PERHAPS THE MOST OVERLOOKED
Don’t be deceived by their dull finish — russets are among the most flavorful of apples. (Russell Steven Powell photo)
apples are the russets, undoubtedly due to their dull, rough-looking skin. It is a shame, as they are some of the most flavorful apples anywhere. Several varieties are especially prized for cider.
Russeting occurs naturally in many varieties, but is seen as a defect in others. It may appear on a portion of each apple, or cover its entire surface. Many of the fully russeted varieties are medium to small in size, limiting their mass appeal in today’s world of super-sized portions.
Most russets are excellent keepers, but therein lies a source of their commercial decline: as storage techniques improved a century ago, the russets fell out of favor, undoubtedly hastened by consumer preference for a shiny red (or gold or green) apple. But if you can set aside the aesthetic demand for a uniformly smooth and shiny skin, your taste buds will be richly rewarded.
In an earlier post, Orange New England Apples
, we sang the praises of several russeted varieties, such as Ashmead’s Kernel
and Hudson’s Golden Gem
, both of which are excellent cider apples. The distinctive variable russeting against a red background on varieties like Orleans Reinette
can be striking in appearance.
We admit that most people consider the Knobbed Russet unattractive, if not downright ugly. But beauty is in the eye of the beholder, and we consider the russets to be stunning in their subtle coloration and compact shape. We feature five here: the aforementioned Knobbed, plus Golden Russet, Pitmaston Pineapple, Pomme Grise, and Roxbury Russet. They are linked not only by their coppery brown exteriors and intense flavors, but also by their rich histories and colorful names.
Golden Russet apple (Bar Lois Weeks photo)
is a firm, sweet apple with a fine-grained yellow flesh. It had its beginnings in western New York state in the 1800s, where its exceptional sweetness made it a favorite with cider-makers. Golden Russet is still considered to be one of the very best varieties for cider, but it is good for fresh eating and cooking as well.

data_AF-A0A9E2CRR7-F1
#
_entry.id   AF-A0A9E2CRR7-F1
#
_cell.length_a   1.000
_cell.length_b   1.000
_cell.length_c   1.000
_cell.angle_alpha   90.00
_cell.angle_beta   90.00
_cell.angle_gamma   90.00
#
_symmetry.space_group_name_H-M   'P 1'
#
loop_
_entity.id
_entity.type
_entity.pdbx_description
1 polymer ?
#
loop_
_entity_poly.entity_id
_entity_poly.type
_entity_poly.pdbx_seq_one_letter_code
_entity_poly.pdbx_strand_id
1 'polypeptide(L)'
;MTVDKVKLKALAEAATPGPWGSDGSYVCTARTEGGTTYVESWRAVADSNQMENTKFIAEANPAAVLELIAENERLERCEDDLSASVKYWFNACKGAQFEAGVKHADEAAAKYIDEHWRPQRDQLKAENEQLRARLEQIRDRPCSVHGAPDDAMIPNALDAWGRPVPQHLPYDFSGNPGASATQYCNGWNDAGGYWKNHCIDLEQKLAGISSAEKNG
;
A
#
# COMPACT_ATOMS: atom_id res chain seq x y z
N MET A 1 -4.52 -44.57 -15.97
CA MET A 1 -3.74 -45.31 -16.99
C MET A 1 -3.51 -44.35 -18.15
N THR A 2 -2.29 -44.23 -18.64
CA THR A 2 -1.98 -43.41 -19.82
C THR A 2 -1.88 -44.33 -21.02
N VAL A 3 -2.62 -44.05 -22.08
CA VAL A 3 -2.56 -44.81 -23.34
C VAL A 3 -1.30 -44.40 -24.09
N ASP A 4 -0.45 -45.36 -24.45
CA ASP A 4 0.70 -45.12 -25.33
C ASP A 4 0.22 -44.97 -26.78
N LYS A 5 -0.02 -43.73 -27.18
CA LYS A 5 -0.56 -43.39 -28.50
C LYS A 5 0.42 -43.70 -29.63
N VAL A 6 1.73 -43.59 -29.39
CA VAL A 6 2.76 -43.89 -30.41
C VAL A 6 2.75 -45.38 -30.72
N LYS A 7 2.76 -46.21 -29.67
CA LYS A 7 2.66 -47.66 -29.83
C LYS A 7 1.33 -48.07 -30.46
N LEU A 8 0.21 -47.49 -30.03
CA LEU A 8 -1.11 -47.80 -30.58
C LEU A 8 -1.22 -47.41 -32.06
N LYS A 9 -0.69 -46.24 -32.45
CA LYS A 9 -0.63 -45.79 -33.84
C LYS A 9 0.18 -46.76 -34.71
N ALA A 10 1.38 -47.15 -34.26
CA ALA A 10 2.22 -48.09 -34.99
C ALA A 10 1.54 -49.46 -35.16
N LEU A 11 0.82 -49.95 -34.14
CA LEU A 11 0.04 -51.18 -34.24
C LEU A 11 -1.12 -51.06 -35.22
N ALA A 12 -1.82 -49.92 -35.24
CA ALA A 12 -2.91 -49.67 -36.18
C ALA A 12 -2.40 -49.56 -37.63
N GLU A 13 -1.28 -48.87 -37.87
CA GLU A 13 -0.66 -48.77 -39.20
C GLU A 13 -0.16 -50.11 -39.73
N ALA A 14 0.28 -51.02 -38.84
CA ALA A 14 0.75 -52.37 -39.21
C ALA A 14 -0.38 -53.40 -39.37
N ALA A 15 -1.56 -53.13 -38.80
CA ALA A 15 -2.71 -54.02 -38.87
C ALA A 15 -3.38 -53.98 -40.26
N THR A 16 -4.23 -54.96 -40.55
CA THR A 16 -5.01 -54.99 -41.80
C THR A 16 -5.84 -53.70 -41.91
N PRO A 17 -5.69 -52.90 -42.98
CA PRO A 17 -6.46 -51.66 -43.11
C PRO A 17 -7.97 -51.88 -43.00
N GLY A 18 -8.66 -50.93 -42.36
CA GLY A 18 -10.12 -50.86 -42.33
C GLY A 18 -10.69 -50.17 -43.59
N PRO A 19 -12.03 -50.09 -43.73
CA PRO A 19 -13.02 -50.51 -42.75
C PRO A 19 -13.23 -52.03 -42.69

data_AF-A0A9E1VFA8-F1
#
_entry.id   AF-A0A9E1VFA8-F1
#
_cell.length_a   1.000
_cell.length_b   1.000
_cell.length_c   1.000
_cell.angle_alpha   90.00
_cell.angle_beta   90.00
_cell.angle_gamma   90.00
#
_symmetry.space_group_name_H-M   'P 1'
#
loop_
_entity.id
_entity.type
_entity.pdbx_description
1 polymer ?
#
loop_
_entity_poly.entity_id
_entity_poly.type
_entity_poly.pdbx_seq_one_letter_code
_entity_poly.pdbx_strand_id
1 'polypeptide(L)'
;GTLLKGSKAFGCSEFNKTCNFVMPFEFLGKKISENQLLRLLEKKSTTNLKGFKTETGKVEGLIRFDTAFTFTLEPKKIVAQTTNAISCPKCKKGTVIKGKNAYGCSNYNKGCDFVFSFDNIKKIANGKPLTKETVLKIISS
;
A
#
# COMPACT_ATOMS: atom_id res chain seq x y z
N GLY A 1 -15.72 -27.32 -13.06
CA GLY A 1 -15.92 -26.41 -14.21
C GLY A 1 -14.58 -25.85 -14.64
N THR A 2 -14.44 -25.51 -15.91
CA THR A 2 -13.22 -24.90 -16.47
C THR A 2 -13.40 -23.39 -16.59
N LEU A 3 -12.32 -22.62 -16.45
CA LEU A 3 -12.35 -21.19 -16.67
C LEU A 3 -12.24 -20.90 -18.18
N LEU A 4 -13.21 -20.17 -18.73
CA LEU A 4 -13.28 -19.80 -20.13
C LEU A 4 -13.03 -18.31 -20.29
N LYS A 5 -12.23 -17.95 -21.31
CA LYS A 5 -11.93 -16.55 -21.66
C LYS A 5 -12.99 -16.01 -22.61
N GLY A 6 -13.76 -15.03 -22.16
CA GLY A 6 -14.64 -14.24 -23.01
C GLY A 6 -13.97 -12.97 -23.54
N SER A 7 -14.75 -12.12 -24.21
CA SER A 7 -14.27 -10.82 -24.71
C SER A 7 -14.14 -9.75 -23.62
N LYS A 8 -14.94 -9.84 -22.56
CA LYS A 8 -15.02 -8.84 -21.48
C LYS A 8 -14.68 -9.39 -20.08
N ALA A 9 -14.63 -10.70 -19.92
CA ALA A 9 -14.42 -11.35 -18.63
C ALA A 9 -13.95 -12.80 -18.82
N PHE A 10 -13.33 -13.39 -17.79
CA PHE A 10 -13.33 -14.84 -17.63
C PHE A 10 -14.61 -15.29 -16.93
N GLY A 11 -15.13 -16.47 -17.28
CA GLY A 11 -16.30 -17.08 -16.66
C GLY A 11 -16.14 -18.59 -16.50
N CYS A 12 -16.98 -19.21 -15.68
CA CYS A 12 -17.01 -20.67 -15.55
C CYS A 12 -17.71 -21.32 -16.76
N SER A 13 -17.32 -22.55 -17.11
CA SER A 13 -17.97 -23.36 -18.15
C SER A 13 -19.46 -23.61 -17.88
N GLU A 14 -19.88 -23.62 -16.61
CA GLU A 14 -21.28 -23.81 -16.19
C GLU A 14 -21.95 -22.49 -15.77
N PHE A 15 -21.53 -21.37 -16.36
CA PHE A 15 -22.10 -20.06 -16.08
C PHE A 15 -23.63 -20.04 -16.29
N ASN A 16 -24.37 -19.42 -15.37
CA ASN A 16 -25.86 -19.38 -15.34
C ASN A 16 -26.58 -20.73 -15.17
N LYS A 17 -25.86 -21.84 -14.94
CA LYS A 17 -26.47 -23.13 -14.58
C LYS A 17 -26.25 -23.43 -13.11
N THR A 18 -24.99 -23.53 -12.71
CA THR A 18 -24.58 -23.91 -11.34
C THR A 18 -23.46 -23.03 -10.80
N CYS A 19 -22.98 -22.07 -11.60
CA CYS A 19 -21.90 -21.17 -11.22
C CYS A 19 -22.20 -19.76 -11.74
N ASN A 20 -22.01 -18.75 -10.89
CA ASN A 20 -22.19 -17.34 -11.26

Knobbed Russet apple (Bar Lois Weeks photo)
is the strangest looking apple in our experience. It sports a gnarly but edible skin covered with warts and welts. But it is more than a novelty. Like the frog that became a prince when kissed, the Knobbed Russet’s character is magically transformed when bitten into. Its bold flavor is superior, strong and earthy, rich and sugary. It has a firm and dense, crisp golden flesh. Also known as Knobby Russet, it was first grown in Sussex, England, in 1819.
Pitmaston Pineapple apple (Bar Lois Weeks photo)
is a small, juicy apple good for both fresh-eating and cider. It has a sweet, nutty flavor with a hint of honey, and a pineapple taste that gives the variety its name. Pitmaston Pineapple originated in the town of Pitmaston, near Worcester, England, in the late 1700s, and was presented to the London Horticultural Society in 1845 by Mr. Williams of Pitmaston. Its parentage is unknown.
Pomme Grise apple (Bar Lois Weeks photo)
has many similarities with Pitmaston Pineapple: it is a small, round, juicy apple with thick, tough skin lightly covered with brown russeting. Its pale yellow flesh is firm, crisp, and aromatic, with a unique nutty, spicy flavor, making it a popular choice for cider-making. Also known as Gray Apple, Pomme Grise originated in Canada, and was widely grown in New York’s St. Lawrence valley in the 1800s.
Roxbury Russet apple (Bar Lois Weeks photo)
is America’s oldest cultivated apple variety, first grown in Roxbury, Massachusetts in 1635. This exquisitely flavored heirloom has had a host of names over the years, including Belpre Russet, Boston Russet, Hewe’s Russet, Marietta Russet, Putnam Russet, Shippen’s Russet, Sylvan Russet, Warner Russet, and — our favorite — Leather Coat.
Roxbury Russet has a coarse, crispy yellow-green flesh. Its spicy-tart flavor is as good for fresh-eating as it is for making a fine syrupy cider. Its parentage is unknown.
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IF YOU ARE FORTUNATE ENOUGH
to find some russets at your local orchard or grocery store, here is a recipe that emphasizes their rich taste. Most russets are slow to brown when sliced compared to many varieties, making them especially good in salads.
French Apple-Pear Salad
2 medium or 3 small New England apples, such as Roxbury Russet, halved and cored
2 pears, halved and cored
2 ribs celery, chopped
2 T lemon juice
1/2 t vanilla
1/4 c walnut or canola oil
salt to taste
2 t tarragon
1/2 c toasted walnuts
Brie or bleu cheese
Slice fruit into long spears and place in a medium bowl with celery. Whisk lemon juice, vanilla, oil, and salt. Pour dressing over fruit. Top with tarragon, walnuts, and cheese.
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THE 2015 NEW ENGLAND APPLES WALL CALENDAR
2015 New England Apples wall calendar
is a great way to learn about the region’s apples and keep the beauty of the orchard nearby year-round.
Each month features a different New England apple variety and orchard. The 12”x12” full-color calendar makes an ideal gift for the apple lovers on your list.
To order your calendar, send $12.95 ($9.95 plus $3.00 shipping) to New England Apples, P. O. Box 41, Hatfield, MA 01038. Make checks out to New England Apple Association. We’ll send your calendar out within 24 hours of receiving your order.